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Wednesday, 28 October 1964

Senator MCCLELLAND (New South Wales) . - I desire to speak on the estimates for the Broadcasting and Television Services. I relate my remarks in the first instance to Division No. 835. I was pleased to learn from the Minister, when he was replying to Senator Cohen, that the report of the Senate Select Committee on the Encouragement of Australian Productions for Television was being considered by the Government. I hope that consideration of the report, which was presented almost 12 months ago to the day, will not be as long as the consideration of the proposed restrictive trade practices legislation, the report of the Constitutional Review Committee, amendments of the Copyright Act and the report of the Bankruptcy Law Review Committee.

The expenditure of £381,000 by the Australian Broadcasting Control Board, which is a reduction of £1,000 on the expenditure last year, is something that has to be perused carefully. Frankly, after reading the Board's report, I doubt very much whether it is effectively carrying out its statutory obligations under the Broadcasting and Television Act in the best interests of the general public.

After reading the long report of the Board, I think it is fair to say that, on its own admissions, commercial broadcasting stations and commercial television stations are getting away, in some instances, with what might be called highway robbery. If this is not being done with the acquiescence of the Board, certainly it is being done with its quiescence. Throughout the report, on practically every other page we see, in reference to certain matters, the words, " the Board is concerned ", or " the Board has been concerned ", or " the Board continues to be concerned ". Whilst this expression of concern seems to be paramount throughout the whole of the report, be it in reference to past, present or future matters, nothing seems to have been done of a constructive or a tangible nature in regard to the statutory obligations of the Board under certain sections of the Broadcasting and Television Act.

I refer particularly to sub-sections (1.) (a) and (1.) (c) of section 16. Sub-section (1.) (c) states that the functions of the Board, amongst other things, are -

To ensure that adequate and comprehensive programmes are provided by commercial broadcasting stations and commercial television stations to serve the best interests of the general public.

What is the situation in regard to broadcasting? Having in mind that section of the Act, I refer to section 114, which states -

The Commission and licensees shall, as far as possible, use the services of Australians in the production and presentation of broadcasting and television programmes.

Let me refer to the problems of broadcasting. In June of this year, some four months ago, commercial broadcasting stations overnight ceased to present to the Australian public radio serials which had been entertaining Australians for many years. Doubtless, this action was taken from an economic point of view, so far as the broadcasting stations were concerned. But the fact is that all daytime radio serials were taken from the public by the commercial broadcasting stations, with the exception of radio station 2CH in Sydney which, I understand, because of this action by the other commercial broadcasting stations, began to replay serials which had been broadcast previously.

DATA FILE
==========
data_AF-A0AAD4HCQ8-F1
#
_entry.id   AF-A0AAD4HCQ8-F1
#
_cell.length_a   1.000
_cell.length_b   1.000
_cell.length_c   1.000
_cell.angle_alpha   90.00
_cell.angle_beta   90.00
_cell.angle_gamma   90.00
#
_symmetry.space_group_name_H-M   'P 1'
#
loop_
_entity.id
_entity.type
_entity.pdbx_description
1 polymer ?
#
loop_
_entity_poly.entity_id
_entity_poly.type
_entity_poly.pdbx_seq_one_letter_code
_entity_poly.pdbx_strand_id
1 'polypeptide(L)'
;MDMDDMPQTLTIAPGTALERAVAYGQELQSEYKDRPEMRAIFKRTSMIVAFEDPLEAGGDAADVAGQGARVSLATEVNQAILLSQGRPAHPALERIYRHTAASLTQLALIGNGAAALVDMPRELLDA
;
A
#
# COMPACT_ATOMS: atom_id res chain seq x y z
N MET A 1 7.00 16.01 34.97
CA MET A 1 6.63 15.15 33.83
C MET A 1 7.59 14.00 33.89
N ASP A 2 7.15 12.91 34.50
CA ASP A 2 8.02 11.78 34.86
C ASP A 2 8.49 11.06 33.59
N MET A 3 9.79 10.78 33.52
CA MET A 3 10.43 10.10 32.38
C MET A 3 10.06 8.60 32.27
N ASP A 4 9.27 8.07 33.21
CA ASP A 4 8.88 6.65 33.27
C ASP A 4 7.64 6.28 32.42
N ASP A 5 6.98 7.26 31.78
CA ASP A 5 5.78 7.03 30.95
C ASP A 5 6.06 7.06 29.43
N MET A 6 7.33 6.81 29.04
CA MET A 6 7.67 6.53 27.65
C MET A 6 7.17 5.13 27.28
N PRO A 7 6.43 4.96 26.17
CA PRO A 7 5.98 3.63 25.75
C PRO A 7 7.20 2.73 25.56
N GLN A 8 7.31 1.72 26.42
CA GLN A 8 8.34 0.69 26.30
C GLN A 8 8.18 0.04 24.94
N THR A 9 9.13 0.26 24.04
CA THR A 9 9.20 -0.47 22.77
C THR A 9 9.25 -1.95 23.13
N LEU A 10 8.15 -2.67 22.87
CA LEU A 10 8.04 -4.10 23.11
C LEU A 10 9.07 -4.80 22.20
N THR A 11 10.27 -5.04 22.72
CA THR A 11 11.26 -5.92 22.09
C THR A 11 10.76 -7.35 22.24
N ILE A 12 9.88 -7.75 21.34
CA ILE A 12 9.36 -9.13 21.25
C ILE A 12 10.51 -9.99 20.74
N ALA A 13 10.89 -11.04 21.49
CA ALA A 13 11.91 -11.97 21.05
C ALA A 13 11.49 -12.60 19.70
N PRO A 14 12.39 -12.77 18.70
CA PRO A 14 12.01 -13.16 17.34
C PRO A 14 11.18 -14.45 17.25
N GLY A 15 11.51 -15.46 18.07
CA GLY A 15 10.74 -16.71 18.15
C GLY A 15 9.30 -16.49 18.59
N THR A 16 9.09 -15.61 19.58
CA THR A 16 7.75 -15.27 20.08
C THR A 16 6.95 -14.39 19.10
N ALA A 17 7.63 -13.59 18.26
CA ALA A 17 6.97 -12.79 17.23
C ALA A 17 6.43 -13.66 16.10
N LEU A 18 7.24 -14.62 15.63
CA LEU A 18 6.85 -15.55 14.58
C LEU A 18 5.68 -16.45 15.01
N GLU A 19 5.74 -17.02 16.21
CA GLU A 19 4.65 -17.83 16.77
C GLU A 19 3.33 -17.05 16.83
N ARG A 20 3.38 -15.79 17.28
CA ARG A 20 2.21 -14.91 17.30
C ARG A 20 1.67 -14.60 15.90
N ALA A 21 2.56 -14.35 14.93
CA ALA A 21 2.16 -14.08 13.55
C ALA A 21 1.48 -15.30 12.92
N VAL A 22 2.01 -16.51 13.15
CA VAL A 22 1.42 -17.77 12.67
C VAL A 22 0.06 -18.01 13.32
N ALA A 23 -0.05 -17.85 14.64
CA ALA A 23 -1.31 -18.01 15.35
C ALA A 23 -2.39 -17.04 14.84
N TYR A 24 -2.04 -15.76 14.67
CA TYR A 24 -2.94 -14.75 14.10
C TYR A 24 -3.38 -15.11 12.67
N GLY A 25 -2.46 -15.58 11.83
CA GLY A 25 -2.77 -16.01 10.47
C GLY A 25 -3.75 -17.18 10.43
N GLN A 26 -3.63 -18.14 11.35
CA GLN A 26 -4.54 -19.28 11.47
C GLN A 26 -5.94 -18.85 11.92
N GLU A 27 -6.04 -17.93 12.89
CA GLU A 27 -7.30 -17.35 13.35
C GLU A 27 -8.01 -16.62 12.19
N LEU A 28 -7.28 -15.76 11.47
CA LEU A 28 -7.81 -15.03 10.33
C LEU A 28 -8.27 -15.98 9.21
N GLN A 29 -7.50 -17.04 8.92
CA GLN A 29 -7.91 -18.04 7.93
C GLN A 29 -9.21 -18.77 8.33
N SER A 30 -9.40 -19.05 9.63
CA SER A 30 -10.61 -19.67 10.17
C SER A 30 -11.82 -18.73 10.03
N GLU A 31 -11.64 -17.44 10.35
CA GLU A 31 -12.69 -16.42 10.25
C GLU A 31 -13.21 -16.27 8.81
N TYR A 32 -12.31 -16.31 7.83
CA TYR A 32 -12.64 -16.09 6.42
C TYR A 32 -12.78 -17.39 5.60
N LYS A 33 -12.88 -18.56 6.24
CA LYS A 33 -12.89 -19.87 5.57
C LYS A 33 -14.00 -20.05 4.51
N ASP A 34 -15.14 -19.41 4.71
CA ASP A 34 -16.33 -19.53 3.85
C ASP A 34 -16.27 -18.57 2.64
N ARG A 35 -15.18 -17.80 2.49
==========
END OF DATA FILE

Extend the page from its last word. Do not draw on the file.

In place of the radio serials that were taken off the air there was substituted a continuous fare of hit tunes to cater for teenagers. Of course, between the hours of 9 a.m. and 5 p.m., the majority of the teenagers, for whom the stations were trying to cater, were either at school or at work. Therefore, the housewives, the sick and the elderly who looked forward to listening to their favorite radio dramas each morning or each evening found that tha latest pop tunes were substituted in their place. I suggest that because the Australian Broadcasting Control Board failed to take action in this regard, it failed to carry out its statutory obligations under section 16(1) (c) of the Broadcasting and Television Act. Unless steps are taken to overcome this state of affairs, a death blow will be dealt to an important Australian industry which, at the present time, is struggling to exist.

Actors who at times derived their bread and butter from this particular type of employment found that overnight they had lost that source of income. Up to that time most actors and artists engaged in this work had been able to continue at their profession. They were available to do television and stage work because radio gave them a basic income. Australian writers were in a similar position. The axe which was suspended over the heads of artists, writers and listeners by the commercial broadcasting stations - apparently with the acquiescence of the Australian Broadcasting Control Board because I can find nothing in its report on this matter - fell at a time when the commercial television stations also decided to reduce their transmission time. If radio drama is to be killed in this way and no action is to be taken by the Board to remedy the situation, the television industry should be able to make provision to absorb the writers and actors who have lost their livelihood.